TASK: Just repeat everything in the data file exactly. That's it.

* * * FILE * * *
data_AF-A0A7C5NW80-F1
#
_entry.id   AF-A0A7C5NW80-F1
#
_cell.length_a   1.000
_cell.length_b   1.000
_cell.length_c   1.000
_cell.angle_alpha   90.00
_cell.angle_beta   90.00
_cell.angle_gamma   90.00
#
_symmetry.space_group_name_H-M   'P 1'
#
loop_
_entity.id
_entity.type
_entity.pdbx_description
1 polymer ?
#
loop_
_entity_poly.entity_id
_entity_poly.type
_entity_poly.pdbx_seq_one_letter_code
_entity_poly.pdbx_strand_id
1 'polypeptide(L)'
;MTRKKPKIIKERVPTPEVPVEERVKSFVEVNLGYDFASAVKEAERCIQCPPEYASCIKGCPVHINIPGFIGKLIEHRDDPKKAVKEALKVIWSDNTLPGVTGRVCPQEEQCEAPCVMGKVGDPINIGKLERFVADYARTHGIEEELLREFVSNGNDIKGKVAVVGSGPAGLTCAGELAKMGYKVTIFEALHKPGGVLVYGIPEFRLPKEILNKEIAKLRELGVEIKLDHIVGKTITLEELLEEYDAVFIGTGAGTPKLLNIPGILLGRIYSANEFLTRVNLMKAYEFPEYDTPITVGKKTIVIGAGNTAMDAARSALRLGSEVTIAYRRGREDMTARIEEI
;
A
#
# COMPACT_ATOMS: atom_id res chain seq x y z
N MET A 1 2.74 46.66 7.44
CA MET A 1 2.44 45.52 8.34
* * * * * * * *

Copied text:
data_AF-A0A7C5NW80-F1
#
_entry.id   AF-A0A7C5NW80-F1
#
_cell.length_a   1.000
_cell.length_b   1.000
_cell.length_c   1.000
_cell.angle_alpha   90.00
_cell.angle_beta   90.00
_cell.angle_gamma   90.00
#
_symmetry.space_group_name_H-M   'P 1'
#
loop_
_entity.id
_entity.type
_entity.pdbx_description
1 polymer ?
#
loop_
_entity_poly.entity_id
_entity_poly.type
_entity_poly.pdbx_seq_one_letter_code
_entity_poly.pdbx_strand_id
1 'polypeptide(L)'
;MTRKKPKIIKERVPTPEVPVEERVKSFVEVNLGYDFASAVKEAERCIQCPPEYASCIKGCPVHINIPGFIGKLIEHRDDPKKAVKEALKVIWSDNTLPGVTGRVCPQEEQCEAPCVMGKVGDPINIGKLERFVADYARTHGIEEELLREFVSNGNDIKGKVAVVGSGPAGLTCAGELAKMGYKVTIFEALHKPGGVLVYGIPEFRLPKEILNKEIAKLRELGVEIKLDHIVGKTITLEELLEEYDAVFIGTGAGTPKLLNIPGILLGRIYSANEFLTRVNLMKAYEFPEYDTPITVGKKTIVIGAGNTAMDAARSALRLGSEVTIAYRRGREDMTARIEEI
;
A
#
# COMPACT_ATOMS: atom_id res chain seq x y z
N MET A 1 2.74 46.66 7.44
CA MET A 1 2.44 45.52 8.34